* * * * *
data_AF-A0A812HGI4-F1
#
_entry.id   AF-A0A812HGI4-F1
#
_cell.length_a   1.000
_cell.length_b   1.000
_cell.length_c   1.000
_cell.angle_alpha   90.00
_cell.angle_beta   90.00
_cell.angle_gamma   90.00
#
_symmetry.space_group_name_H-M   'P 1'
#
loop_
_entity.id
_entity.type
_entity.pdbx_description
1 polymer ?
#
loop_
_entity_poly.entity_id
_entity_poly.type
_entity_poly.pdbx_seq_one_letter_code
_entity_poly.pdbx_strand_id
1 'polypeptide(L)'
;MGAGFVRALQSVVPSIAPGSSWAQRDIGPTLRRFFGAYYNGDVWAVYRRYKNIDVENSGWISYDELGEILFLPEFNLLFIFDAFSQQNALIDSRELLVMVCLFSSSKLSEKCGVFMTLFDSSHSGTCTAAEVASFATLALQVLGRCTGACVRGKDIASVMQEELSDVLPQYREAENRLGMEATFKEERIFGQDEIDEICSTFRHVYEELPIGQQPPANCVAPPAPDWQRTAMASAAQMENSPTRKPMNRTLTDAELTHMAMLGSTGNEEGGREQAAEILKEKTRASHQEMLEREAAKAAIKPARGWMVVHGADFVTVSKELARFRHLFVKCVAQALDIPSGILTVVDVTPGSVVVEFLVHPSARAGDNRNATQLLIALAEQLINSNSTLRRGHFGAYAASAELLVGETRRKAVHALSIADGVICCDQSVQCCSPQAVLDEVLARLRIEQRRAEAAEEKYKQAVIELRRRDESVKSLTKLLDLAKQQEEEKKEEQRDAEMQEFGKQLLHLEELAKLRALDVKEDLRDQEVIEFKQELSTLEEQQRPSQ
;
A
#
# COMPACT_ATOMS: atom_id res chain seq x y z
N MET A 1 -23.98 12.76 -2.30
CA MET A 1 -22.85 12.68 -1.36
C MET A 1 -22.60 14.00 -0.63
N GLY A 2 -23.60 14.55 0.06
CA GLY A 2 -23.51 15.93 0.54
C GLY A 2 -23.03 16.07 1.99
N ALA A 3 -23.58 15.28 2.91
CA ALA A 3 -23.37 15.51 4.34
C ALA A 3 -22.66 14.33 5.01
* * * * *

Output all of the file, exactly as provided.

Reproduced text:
data_AF-A0A812HGI4-F1
#
_entry.id   AF-A0A812HGI4-F1
#
_cell.length_a   1.000
_cell.length_b   1.000
_cell.length_c   1.000
_cell.angle_alpha   90.00
_cell.angle_beta   90.00
_cell.angle_gamma   90.00
#
_symmetry.space_group_name_H-M   'P 1'
#
loop_
_entity.id
_entity.type
_entity.pdbx_description
1 polymer ?
#
loop_
_entity_poly.entity_id
_entity_poly.type
_entity_poly.pdbx_seq_one_letter_code
_entity_poly.pdbx_strand_id
1 'polypeptide(L)'
;MGAGFVRALQSVVPSIAPGSSWAQRDIGPTLRRFFGAYYNGDVWAVYRRYKNIDVENSGWISYDELGEILFLPEFNLLFIFDAFSQQNALIDSRELLVMVCLFSSSKLSEKCGVFMTLFDSSHSGTCTAAEVASFATLALQVLGRCTGACVRGKDIASVMQEELSDVLPQYREAENRLGMEATFKEERIFGQDEIDEICSTFRHVYEELPIGQQPPANCVAPPAPDWQRTAMASAAQMENSPTRKPMNRTLTDAELTHMAMLGSTGNEEGGREQAAEILKEKTRASHQEMLEREAAKAAIKPARGWMVVHGADFVTVSKELARFRHLFVKCVAQALDIPSGILTVVDVTPGSVVVEFLVHPSARAGDNRNATQLLIALAEQLINSNSTLRRGHFGAYAASAELLVGETRRKAVHALSIADGVICCDQSVQCCSPQAVLDEVLARLRIEQRRAEAAEEKYKQAVIELRRRDESVKSLTKLLDLAKQQEEEKKEEQRDAEMQEFGKQLLHLEELAKLRALDVKEDLRDQEVIEFKQELSTLEEQQRPSQ
;
A
#
# COMPACT_ATOMS: atom_id res chain seq x y z
N MET A 1 -23.98 12.76 -2.30
CA MET A 1 -22.85 12.68 -1.36
C MET A 1 -22.60 14.00 -0.63
N GLY A 2 -23.60 14.55 0.06
CA GLY A 2 -23.51 15.93 0.54
C GLY A 2 -23.03 16.07 1.99
N ALA A 3 -23.58 15.28 2.91
CA ALA A 3 -23.37 15.51 4.34
C ALA A 3 -22.66 14.33 5.01